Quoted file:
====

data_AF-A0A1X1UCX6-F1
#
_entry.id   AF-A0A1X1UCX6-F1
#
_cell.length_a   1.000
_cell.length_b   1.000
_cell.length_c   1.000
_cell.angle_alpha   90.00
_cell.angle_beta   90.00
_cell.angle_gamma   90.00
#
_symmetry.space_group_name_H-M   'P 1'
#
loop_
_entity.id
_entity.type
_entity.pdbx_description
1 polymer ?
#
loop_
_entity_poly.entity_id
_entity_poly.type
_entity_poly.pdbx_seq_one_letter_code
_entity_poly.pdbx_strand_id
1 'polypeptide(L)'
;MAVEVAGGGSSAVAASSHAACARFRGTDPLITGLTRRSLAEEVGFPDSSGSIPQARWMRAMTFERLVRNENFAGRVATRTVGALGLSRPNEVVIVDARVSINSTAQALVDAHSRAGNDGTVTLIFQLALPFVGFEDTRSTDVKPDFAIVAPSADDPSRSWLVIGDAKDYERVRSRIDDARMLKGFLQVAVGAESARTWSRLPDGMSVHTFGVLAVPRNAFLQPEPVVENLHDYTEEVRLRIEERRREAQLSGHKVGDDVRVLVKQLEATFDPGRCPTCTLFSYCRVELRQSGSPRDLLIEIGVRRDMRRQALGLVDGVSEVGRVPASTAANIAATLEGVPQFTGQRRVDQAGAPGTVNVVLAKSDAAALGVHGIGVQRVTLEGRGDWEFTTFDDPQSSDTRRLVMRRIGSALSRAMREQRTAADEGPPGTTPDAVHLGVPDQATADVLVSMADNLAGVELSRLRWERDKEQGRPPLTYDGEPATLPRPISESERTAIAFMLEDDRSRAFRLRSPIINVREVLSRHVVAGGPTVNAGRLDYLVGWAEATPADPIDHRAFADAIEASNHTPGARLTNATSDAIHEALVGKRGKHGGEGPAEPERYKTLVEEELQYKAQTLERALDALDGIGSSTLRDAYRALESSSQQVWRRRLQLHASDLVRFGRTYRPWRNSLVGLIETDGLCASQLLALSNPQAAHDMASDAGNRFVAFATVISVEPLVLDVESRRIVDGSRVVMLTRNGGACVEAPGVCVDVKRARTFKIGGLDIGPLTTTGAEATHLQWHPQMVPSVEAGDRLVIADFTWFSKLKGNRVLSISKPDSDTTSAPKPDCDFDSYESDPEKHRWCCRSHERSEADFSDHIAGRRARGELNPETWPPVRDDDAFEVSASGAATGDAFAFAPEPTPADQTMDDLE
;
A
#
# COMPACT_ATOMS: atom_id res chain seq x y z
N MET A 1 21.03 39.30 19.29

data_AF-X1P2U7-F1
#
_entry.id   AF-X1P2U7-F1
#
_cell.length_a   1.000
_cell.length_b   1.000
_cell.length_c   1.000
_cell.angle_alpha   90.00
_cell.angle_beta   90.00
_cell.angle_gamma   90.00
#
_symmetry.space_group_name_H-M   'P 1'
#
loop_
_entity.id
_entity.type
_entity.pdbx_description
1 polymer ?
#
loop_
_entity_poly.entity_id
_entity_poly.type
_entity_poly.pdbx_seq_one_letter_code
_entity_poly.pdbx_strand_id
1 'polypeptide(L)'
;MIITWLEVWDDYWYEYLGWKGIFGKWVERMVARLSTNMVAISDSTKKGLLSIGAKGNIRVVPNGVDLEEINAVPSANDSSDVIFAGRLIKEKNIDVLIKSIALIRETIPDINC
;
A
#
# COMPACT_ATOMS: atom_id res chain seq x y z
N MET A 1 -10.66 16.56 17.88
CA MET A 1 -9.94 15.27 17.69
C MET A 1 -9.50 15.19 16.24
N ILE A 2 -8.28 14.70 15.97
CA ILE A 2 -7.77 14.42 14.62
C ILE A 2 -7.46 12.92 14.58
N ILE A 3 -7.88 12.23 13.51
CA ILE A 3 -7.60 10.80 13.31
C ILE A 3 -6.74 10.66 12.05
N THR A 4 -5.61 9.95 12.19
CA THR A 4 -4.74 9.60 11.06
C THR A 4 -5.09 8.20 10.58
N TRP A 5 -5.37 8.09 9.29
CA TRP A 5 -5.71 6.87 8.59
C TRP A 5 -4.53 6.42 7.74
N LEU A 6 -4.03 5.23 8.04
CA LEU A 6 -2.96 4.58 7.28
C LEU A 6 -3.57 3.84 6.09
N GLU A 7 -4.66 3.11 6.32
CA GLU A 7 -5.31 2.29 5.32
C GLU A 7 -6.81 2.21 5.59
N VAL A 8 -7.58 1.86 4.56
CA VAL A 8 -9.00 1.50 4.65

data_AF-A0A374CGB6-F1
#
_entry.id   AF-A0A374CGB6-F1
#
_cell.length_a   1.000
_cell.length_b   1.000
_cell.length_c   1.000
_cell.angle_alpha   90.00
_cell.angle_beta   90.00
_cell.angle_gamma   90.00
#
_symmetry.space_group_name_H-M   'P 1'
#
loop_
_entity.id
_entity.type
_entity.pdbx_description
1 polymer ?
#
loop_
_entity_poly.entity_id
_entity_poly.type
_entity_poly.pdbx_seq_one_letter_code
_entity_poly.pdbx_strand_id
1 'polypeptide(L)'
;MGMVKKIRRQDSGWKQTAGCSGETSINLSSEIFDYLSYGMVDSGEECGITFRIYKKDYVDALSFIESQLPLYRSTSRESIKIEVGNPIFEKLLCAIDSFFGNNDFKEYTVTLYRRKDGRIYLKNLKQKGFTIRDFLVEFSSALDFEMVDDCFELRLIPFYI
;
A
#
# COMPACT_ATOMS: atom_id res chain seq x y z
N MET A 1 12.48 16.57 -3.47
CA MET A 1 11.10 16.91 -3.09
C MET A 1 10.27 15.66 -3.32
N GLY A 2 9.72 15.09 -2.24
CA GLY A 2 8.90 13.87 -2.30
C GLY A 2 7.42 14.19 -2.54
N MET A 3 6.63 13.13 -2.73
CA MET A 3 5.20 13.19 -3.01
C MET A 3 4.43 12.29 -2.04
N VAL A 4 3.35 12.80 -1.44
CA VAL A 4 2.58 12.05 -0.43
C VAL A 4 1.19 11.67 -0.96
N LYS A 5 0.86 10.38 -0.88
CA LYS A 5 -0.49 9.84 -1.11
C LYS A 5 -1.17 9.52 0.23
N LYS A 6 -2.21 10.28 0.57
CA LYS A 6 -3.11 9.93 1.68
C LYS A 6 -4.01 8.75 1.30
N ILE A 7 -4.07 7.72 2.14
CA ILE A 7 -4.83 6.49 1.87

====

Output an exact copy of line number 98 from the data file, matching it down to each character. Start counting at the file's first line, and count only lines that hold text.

loop_